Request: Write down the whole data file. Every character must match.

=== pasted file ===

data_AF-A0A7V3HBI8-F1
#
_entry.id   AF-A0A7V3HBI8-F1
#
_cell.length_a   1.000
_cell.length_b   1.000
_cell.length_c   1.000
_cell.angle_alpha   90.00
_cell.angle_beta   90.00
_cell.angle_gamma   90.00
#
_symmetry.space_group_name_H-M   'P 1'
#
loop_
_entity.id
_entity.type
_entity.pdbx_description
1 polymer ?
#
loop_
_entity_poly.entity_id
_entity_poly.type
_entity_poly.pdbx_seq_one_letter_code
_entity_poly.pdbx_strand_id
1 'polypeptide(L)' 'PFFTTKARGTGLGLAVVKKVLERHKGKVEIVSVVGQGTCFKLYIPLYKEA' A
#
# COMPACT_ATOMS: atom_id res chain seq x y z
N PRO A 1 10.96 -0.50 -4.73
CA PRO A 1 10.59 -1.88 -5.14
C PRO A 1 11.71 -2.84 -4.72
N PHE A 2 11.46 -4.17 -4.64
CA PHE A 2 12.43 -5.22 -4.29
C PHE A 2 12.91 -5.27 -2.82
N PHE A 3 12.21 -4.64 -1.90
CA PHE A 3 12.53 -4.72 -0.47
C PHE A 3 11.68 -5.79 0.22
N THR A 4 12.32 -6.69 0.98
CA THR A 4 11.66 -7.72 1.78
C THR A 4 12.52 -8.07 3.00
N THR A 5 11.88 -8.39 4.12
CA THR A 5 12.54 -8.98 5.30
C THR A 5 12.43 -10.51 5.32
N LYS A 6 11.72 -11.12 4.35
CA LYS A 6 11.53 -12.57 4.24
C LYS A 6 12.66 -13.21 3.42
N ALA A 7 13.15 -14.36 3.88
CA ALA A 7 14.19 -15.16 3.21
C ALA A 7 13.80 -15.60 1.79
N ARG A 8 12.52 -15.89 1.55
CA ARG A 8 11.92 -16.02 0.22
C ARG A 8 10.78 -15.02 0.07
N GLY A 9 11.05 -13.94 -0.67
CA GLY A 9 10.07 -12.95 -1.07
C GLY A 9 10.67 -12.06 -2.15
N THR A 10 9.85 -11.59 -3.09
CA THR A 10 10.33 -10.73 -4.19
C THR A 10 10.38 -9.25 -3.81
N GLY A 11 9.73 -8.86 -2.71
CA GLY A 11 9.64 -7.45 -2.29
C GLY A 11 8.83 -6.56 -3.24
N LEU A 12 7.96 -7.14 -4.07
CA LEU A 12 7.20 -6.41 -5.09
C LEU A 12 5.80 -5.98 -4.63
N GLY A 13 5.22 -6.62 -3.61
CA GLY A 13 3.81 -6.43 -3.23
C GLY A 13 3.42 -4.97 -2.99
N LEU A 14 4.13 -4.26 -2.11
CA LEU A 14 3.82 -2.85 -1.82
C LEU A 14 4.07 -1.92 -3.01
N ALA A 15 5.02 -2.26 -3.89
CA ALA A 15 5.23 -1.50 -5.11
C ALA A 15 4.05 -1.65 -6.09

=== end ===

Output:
data_AF-A0A7V3HBI8-F1
#
_entry.id   AF-A0A7V3HBI8-F1
#
_cell.length_a   1.000
_cell.length_b   1.000
_cell.length_c   1.000
_cell.angle_alpha   90.00
_cell.angle_beta   90.00
_cell.angle_gamma   90.00
#
_symmetry.space_group_name_H-M   'P 1'
#
loop_
_entity.id
_entity.type
_entity.pdbx_description
1 polymer ?
#
loop_
_entity_poly.entity_id
_entity_poly.type
_entity_poly.pdbx_seq_one_letter_code
_entity_poly.pdbx_strand_id
1 'polypeptide(L)' 'PFFTTKARGTGLGLAVVKKVLERHKGKVEIVSVVGQGTCFKLYIPLYKEA' A
#
# COMPACT_ATOMS: atom_id res chain seq x y z
N PRO A 1 10.96 -0.50 -4.73
CA PRO A 1 10.59 -1.88 -5.14
C PRO A 1 11.71 -2.84 -4.72
N PHE A 2 11.46 -4.17 -4.64
CA PHE A 2 12.43 -5.22 -4.29
C PHE A 2 12.91 -5.27 -2.82
N PHE A 3 12.21 -4.64 -1.90
CA PHE A 3 12.53 -4.72 -0.47
C PHE A 3 11.68 -5.79 0.22
N THR A 4 12.32 -6.69 0.98
CA THR A 4 11.66 -7.72 1.78
C THR A 4 12.52 -8.07 3.00
N THR A 5 11.88 -8.39 4.12
CA THR A 5 12.54 -8.98 5.30
C THR A 5 12.43 -10.51 5.32
N LYS A 6 11.72 -11.12 4.35
CA LYS A 6 11.53 -12.57 4.24
C LYS A 6 12.66 -13.21 3.42
N ALA A 7 13.15 -14.36 3.88
CA ALA A 7 14.19 -15.16 3.21
C ALA A 7 13.80 -15.60 1.79
N ARG A 8 12.52 -15.89 1.55
CA ARG A 8 11.92 -16.02 0.22
C ARG A 8 10.78 -15.02 0.07
N GLY A 9 11.05 -13.94 -0.67
CA GLY A 9 10.07 -12.95 -1.07
C GLY A 9 10.67 -12.06 -2.15
N THR A 10 9.85 -11.59 -3.09
CA THR A 10 10.33 -10.73 -4.19
C THR A 10 10.38 -9.25 -3.81
N GLY A 11 9.73 -8.86 -2.71
CA GLY A 11 9.64 -7.45 -2.29
C GLY A 11 8.83 -6.56 -3.24
N LEU A 12 7.96 -7.14 -4.07
CA LEU A 12 7.20 -6.41 -5.09
C LEU A 12 5.80 -5.98 -4.63
N GLY A 13 5.22 -6.62 -3.61
CA GLY A 13 3.81 -6.43 -3.23
C GLY A 13 3.42 -4.97 -2.99
N LEU A 14 4.13 -4.26 -2.11
CA LEU A 14 3.82 -2.85 -1.82
C LEU A 14 4.07 -1.92 -3.01
N ALA A 15 5.02 -2.26 -3.89
CA ALA A 15 5.23 -1.50 -5.11
C ALA A 15 4.05 -1.65 -6.09